IPs are saddled with recurring problems such as insurgency, securing of ancestral domain rights, or the intrusion of capitalist ventures in their communities, for national policy falls short of creating a policy environment that accommodates, complements and supports their beliefs, practices, and social dynamics. In the final analysis, IPRA’s provision for security seems mere lip service.

From Substance to Implementation: Gaps in the Ancestral Domain Law

Gregorio Andolana, one of the authors of IPRA, pointed out the main problem in national policy: the original purpose of the law, which is “to recognize and respect the rights of the IPs on their ancestral domains,” did not materialize. Such underdevelopment has spilled over to other laws: “In 1991, when we started debating the National Indigenous Peoples law, we made sure that recognition of cultural communities is incorporated. Yet, when it was implemented, it never recognized the right of cultural communities.” Andolana also mentioned how RA 7660 in the Local Government Code only ensured in principle the representation of cultural communities in the legislative body. In addition, problems in implementation beset the Organic Act in Muslim Mindanao, which mandates an autonomous legislative body to enact the ancestral domain law within its jurisdiction. Until now, the mandate remains on paper.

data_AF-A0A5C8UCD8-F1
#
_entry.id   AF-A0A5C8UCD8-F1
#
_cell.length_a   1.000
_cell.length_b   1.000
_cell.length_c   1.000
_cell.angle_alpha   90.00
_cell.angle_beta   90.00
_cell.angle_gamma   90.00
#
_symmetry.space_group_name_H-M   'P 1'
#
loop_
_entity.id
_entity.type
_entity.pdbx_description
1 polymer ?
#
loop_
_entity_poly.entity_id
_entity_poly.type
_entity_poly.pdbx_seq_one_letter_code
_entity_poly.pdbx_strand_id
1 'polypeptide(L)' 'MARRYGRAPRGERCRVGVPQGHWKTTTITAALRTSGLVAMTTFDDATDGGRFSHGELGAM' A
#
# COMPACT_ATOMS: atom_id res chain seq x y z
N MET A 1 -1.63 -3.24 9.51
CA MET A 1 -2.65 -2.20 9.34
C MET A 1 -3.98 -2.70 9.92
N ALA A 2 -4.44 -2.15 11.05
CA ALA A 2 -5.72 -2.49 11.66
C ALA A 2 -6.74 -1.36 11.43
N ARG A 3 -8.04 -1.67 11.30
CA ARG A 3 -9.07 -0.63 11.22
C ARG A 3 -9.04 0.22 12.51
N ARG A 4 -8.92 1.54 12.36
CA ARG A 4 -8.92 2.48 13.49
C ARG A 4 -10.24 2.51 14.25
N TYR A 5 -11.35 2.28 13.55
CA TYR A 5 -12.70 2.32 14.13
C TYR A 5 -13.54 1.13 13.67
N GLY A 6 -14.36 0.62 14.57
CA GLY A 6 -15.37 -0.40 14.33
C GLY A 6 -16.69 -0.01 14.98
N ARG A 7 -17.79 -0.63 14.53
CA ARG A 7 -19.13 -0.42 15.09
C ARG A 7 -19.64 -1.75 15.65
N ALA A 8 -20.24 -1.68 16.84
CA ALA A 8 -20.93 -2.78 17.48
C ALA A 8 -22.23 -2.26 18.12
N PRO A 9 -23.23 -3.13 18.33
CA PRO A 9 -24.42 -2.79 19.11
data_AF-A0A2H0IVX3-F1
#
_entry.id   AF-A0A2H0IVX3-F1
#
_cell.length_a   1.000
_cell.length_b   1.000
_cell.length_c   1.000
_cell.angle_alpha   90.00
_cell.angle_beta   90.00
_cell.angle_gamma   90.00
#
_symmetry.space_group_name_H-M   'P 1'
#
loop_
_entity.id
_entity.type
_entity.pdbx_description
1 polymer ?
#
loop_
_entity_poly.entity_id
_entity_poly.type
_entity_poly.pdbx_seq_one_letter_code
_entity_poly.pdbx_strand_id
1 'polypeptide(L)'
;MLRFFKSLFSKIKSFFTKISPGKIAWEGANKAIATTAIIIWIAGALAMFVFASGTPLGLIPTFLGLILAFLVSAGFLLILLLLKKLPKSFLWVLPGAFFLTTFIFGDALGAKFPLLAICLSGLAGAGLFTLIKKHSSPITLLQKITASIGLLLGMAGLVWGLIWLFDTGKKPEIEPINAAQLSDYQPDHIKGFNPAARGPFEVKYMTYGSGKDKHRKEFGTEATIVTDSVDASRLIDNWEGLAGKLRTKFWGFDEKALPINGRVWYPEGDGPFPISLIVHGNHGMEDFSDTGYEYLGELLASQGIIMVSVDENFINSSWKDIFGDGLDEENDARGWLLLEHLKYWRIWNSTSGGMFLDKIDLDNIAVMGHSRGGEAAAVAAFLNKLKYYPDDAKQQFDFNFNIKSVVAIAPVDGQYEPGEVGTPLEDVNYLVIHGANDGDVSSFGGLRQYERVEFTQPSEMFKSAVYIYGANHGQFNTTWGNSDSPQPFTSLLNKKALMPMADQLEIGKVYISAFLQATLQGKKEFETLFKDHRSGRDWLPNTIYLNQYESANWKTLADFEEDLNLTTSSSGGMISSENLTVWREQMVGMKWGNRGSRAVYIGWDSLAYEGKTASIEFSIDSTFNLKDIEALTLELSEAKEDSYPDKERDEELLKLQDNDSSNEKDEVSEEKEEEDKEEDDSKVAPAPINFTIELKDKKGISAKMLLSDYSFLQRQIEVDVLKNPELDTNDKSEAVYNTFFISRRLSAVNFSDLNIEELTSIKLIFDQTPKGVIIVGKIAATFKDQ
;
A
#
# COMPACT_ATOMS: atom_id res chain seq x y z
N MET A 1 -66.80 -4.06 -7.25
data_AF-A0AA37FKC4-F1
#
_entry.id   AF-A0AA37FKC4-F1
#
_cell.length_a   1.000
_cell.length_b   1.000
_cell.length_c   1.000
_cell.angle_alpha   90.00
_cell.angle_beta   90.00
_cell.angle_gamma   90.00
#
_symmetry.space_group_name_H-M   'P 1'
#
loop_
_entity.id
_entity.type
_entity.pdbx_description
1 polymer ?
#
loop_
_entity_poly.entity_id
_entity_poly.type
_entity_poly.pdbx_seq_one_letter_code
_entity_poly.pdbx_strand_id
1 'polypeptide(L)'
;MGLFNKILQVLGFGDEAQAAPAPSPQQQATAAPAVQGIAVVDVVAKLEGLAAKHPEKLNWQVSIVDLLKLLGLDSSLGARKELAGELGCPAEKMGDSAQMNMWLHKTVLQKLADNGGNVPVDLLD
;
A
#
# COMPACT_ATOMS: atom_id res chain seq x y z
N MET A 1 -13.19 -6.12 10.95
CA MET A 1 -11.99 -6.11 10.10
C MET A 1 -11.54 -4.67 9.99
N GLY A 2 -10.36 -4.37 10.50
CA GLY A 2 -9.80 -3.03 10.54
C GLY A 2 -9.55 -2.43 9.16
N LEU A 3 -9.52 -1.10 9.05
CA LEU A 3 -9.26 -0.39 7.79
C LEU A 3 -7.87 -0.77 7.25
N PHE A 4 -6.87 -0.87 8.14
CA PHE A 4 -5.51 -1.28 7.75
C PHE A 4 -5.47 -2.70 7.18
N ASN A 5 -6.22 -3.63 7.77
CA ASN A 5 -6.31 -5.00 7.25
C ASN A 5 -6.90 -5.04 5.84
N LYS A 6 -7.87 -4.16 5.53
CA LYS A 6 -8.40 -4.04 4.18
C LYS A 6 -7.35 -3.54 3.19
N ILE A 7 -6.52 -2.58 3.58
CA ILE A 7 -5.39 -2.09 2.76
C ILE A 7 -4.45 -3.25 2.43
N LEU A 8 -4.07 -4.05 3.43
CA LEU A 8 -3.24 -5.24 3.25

The lapse in implementation stems from a more profound problem of substance. The certificate of ancestral domain titles (CADT), the core of IPRA’s provisions, was supposedly the foremost representation of sovereignty and cultural integrity. Yet the nuances of definition have posed implications in policy. As Andolana explained:

We must understand that the ancestral domain law does not grant title. It only ratifies the native title that the indigenous people own from time immemorial, even before the Republic of the Philippines was created. The CADT is just a ratification, a formal recognition of the state that there exists an ancestral domain.

From the IPs’ perspective, CADTs are glossy words over a hard reality. The issuance of CADTs, and in general IPRA, fails to provide them genuine ownership of their land. Part of the problem is because the law is patterned after the ancient Regalian doctrine, which accords the state power over all lands within its jurisdiction. Implicitly, such power makes the state capable of ignoring or disregarding indigenous political systems that sustain the IPs and their culture. Thus, conflicts such as the patents issued by the Bureau of Lands ensue and are never completely resolved. Rather than a duty-bound proviso, sovereignty and cultural integrity for IPs are mere rhetorics of the state. In effect, they are denied the right to their territory, a strong concern that resonates among IPs.

Engaging the Power Structure